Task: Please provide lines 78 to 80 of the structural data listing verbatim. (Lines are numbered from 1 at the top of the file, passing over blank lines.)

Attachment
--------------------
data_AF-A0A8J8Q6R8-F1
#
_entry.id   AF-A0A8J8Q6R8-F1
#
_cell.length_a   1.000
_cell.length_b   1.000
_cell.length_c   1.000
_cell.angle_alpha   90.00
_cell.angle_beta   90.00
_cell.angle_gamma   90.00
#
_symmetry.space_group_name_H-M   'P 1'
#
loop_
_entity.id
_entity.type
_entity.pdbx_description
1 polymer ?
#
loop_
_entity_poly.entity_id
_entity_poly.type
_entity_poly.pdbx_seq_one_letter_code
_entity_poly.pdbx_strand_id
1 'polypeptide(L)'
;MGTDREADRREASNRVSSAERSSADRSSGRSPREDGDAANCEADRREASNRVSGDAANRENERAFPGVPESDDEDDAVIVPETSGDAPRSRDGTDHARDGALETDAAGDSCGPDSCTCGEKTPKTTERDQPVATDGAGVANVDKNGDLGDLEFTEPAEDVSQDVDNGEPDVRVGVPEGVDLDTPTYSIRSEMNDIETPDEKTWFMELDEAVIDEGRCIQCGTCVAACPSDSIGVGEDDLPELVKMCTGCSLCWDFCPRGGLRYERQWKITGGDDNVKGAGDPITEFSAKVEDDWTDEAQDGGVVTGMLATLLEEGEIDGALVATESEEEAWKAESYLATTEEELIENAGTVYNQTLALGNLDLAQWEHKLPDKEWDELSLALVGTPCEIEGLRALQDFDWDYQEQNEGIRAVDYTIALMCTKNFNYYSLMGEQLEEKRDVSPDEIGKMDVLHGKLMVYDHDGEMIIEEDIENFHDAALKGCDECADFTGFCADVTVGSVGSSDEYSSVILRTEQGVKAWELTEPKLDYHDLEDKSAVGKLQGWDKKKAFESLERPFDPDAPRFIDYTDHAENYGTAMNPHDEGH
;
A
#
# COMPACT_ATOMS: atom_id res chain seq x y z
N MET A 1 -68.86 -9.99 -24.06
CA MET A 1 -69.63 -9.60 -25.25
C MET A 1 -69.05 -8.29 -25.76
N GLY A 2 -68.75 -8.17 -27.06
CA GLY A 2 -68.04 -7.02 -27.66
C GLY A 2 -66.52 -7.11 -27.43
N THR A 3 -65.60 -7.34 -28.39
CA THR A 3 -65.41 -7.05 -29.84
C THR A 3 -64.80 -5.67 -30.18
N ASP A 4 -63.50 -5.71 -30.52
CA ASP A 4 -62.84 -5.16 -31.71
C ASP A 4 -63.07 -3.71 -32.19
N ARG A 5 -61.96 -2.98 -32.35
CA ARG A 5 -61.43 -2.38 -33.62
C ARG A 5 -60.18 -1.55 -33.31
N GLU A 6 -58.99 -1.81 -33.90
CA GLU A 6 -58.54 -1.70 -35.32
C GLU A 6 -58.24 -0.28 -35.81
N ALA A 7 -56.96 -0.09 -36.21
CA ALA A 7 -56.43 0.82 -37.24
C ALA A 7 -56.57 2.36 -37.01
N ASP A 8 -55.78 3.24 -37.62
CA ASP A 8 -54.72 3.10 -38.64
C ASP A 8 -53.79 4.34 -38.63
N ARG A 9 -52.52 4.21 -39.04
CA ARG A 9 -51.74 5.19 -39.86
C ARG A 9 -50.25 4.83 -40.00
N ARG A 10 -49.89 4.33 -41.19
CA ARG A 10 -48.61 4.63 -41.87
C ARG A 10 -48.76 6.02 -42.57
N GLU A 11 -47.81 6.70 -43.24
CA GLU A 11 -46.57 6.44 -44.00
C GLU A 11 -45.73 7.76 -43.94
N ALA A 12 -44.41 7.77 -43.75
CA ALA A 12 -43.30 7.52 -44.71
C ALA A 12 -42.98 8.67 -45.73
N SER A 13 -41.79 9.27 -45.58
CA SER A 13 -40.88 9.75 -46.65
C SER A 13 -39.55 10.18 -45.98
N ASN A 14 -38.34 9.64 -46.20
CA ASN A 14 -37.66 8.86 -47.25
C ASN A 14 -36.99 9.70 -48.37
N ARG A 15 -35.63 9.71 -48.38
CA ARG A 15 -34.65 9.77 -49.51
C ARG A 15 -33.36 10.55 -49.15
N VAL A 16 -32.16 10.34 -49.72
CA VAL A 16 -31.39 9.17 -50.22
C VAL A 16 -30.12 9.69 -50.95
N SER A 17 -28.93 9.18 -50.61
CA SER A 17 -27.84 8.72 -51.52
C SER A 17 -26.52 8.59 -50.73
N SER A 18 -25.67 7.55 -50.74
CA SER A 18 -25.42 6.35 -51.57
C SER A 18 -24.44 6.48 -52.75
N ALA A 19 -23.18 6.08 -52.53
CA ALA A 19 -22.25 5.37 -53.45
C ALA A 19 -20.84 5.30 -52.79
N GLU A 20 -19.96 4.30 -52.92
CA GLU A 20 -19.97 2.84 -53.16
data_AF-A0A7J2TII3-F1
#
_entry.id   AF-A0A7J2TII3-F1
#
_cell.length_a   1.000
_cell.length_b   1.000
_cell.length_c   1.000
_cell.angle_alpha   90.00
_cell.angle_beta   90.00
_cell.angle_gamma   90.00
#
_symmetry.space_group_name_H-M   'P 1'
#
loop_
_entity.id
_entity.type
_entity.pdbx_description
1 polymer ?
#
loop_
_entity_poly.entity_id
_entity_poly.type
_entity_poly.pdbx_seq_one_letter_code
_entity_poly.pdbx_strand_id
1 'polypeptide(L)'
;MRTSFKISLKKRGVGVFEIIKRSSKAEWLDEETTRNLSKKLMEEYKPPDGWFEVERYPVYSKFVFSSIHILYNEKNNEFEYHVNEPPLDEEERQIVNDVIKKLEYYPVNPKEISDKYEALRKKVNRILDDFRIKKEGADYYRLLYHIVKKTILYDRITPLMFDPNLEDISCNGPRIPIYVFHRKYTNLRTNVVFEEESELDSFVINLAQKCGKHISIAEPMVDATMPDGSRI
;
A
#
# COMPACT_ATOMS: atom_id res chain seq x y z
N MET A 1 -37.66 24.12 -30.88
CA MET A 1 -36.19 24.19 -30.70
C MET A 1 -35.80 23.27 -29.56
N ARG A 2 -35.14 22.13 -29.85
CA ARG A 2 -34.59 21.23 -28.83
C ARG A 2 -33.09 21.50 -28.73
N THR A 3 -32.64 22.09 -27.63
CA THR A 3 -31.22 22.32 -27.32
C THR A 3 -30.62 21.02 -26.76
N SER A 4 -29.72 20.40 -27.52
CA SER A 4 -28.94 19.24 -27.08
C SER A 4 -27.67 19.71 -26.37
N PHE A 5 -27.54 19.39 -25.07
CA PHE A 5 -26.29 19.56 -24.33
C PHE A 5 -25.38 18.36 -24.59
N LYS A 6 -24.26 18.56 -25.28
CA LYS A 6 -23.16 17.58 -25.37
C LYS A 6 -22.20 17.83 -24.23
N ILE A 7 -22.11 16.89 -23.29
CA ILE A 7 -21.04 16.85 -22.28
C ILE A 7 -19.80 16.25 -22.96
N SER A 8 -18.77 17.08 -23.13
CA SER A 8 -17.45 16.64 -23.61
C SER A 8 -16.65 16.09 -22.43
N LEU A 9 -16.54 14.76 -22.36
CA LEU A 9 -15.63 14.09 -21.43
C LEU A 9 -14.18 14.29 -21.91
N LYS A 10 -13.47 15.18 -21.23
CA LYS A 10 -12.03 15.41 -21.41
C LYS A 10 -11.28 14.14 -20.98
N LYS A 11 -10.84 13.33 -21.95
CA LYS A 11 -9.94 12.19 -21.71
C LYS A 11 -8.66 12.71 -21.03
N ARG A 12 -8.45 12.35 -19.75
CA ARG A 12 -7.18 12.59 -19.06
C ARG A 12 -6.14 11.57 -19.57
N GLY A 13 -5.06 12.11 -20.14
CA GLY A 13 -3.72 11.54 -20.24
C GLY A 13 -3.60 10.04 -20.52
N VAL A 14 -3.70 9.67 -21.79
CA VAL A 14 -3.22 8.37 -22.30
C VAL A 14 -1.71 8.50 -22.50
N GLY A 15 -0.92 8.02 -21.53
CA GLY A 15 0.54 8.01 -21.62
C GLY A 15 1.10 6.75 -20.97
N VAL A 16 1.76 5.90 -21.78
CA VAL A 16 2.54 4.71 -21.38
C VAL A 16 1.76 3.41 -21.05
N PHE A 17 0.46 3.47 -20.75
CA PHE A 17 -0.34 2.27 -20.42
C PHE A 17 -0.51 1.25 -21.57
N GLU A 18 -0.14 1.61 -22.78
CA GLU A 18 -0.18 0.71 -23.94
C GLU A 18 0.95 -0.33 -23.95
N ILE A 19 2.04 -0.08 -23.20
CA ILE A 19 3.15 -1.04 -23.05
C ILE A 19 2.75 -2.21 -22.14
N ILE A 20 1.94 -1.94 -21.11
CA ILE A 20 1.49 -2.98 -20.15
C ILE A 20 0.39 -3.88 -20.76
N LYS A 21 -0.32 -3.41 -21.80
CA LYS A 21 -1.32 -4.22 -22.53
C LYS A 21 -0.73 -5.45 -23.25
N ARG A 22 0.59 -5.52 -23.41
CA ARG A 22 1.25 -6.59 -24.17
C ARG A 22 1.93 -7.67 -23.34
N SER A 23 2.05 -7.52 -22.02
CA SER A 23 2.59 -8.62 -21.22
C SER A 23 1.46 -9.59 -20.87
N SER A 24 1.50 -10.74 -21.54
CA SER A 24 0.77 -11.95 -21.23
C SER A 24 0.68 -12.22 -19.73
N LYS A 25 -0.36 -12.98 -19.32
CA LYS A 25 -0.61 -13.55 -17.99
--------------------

C VAL A 16 -30.12 9.69 -50.95
N SER A 17 -28.93 9.18 -50.61
CA SER A 17 -27.84 8.72 -51.52